ERIC Number: ED382250
Record Type: RIE
Publication Date: 1993-Oct
Reference Count: N/A
Using Administrative Data Matches for Follow-Up, Washington Community and Technical Colleges. Technical Report No. 93-5.
Each year, the Washington State Board for Community and Technical Colleges (SBCTC) compiles data on educational and job related outcomes for students leaving vocational preparation programs determined to have been preparing for employment. The automated data matching procedure examines state unemployment insurance and benefits records, public post-secondary enrollments, U.S. Armed Forces enlistments, and state community college enrollments. Data is compiled on employment status, estimated annual wages, hours worked per week, the relation of employment to training, location of employer, number of people employed by employer, and post-secondary or military status. An analysis of 9-month outcomes for the 12,269 graduates of vocational programs in 1990-91 revealed an overall job placement rate of 85%, with 27% of the graduates going into health related fields, 23% going into trades, 13% entering the service industry, and 12% in administrative support. With respect to the relation of jobs to graduates' training, the highest were sales at 92%, managerial at 90%, and health related graduates at 89%, although health related was thought to actually be higher than both the sales and managerial programs. Finally, the highest salaries were earned by health related graduates, with a mean hourly salary of $13.62 and median hourly salary of $13.07; managerial graduates, with a mean of $10.45 per hour and a median of $8.76 per hour; and other professional/technical graduates, with a mean of $10.41 per hour and a median of $10.05 per hour. (Definitions of the occupational categories are appended.) (KP)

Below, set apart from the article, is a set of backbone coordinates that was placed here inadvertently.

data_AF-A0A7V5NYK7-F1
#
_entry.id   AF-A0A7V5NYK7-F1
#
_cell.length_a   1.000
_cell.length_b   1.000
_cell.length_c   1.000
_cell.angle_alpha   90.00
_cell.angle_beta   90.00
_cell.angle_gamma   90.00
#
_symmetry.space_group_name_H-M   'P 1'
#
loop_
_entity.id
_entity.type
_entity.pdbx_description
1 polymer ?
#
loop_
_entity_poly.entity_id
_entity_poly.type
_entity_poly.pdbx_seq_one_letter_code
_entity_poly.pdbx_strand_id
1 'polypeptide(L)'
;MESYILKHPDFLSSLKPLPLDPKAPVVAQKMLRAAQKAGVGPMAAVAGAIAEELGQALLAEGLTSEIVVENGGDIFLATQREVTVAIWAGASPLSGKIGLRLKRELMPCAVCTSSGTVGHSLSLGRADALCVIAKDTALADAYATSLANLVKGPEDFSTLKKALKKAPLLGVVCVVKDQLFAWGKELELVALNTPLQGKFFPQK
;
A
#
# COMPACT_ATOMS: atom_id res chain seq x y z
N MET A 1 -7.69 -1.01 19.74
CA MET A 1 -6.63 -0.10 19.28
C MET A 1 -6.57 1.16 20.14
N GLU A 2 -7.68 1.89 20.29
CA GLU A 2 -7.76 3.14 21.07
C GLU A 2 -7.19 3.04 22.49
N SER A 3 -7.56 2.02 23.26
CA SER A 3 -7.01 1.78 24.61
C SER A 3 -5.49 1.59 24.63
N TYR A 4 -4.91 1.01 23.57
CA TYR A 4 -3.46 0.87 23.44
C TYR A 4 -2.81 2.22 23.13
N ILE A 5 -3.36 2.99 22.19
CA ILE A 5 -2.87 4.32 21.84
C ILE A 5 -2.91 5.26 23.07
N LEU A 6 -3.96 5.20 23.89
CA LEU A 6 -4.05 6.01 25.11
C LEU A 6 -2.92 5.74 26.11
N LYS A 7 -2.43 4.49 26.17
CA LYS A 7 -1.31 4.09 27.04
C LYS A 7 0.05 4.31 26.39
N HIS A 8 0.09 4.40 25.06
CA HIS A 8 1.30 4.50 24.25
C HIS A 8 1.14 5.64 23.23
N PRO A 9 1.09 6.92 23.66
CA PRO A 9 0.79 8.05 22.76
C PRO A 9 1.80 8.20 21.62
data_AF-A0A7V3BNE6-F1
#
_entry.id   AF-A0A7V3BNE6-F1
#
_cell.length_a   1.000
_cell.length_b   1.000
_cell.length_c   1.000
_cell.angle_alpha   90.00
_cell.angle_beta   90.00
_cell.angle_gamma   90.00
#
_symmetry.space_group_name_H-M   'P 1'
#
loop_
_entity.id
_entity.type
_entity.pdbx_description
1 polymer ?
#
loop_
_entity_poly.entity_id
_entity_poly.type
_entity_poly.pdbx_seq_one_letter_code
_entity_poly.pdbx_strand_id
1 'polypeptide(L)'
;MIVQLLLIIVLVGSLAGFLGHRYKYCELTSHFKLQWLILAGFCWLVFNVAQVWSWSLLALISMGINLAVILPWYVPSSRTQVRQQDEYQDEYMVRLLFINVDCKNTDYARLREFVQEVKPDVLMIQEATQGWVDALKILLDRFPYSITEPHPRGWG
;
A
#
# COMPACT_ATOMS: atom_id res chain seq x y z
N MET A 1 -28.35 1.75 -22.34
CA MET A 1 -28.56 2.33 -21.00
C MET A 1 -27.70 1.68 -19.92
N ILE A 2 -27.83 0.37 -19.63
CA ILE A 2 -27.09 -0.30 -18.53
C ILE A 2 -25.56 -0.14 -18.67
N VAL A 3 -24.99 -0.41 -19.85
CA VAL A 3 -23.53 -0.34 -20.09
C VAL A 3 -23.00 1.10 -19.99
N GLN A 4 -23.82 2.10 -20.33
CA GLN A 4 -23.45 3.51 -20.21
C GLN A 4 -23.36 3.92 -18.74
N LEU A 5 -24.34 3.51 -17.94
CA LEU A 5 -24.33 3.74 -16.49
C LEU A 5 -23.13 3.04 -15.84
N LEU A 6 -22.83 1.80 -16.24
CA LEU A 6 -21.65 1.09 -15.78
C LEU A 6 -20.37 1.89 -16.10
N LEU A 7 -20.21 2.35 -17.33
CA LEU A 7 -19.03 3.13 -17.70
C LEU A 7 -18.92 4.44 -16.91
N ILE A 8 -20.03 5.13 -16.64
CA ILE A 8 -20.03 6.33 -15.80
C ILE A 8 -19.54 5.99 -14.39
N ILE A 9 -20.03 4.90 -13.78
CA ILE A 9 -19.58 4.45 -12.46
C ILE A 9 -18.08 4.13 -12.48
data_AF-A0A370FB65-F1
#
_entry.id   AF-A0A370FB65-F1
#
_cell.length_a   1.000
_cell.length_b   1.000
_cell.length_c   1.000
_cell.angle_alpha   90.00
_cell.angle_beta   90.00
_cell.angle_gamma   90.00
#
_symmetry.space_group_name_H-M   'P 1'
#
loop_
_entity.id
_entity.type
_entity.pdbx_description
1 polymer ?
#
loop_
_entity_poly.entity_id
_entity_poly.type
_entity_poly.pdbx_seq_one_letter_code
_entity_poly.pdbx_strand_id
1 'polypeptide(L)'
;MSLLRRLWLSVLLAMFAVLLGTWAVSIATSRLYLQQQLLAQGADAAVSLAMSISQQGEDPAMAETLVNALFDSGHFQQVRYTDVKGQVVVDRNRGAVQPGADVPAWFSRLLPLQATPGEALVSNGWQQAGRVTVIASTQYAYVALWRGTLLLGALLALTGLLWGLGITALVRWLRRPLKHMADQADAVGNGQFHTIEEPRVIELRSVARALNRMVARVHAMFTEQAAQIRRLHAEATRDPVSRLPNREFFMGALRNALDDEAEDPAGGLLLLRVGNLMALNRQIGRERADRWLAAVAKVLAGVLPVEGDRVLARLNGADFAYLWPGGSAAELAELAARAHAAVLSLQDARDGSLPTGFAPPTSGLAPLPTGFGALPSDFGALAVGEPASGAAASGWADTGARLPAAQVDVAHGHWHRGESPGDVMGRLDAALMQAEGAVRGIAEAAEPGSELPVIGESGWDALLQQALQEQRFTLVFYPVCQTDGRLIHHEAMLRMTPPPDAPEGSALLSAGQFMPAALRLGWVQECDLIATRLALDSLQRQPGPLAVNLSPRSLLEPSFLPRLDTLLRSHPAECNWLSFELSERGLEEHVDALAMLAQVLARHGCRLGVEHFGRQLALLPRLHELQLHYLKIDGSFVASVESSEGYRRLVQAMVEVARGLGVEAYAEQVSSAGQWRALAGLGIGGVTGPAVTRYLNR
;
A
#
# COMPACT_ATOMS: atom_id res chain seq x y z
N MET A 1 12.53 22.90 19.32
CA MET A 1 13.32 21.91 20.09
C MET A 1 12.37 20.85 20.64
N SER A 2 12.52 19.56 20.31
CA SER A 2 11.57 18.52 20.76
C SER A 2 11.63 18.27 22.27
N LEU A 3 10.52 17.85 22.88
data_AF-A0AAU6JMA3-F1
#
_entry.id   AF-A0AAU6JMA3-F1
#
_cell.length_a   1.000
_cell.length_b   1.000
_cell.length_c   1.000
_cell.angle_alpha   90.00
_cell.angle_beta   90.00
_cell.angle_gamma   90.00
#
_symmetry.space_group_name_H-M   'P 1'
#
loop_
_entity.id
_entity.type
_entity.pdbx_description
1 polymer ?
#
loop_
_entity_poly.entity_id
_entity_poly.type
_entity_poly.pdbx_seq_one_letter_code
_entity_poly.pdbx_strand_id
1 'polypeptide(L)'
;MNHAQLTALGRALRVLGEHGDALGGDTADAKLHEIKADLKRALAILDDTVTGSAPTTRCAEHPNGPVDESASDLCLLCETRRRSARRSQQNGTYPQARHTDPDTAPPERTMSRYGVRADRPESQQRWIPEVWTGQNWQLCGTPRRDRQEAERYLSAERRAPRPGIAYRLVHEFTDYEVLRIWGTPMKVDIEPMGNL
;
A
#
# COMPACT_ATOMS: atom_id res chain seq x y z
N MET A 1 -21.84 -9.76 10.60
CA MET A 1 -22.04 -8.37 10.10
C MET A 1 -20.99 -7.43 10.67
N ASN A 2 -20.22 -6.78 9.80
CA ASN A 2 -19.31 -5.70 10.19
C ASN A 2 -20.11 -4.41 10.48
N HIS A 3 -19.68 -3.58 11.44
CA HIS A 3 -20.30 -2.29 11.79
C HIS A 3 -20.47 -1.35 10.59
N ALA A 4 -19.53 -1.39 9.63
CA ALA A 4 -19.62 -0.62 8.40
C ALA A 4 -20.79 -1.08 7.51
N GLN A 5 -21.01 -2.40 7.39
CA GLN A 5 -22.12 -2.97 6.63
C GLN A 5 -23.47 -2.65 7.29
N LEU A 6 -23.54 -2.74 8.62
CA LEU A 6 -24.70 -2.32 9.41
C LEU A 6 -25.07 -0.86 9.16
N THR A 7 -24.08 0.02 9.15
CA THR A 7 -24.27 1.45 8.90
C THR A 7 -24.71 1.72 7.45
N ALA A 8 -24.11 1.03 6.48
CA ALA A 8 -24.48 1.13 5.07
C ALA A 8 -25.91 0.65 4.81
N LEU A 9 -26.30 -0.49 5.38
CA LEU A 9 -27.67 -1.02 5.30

Publication Type: Reports - Research
Education Level: N/A
Authoring Institution: Washington State Board for Community and Technical Colleges, Olympia. Enrollment Planning and Information Services Div.
Identifiers: Washington State Community College System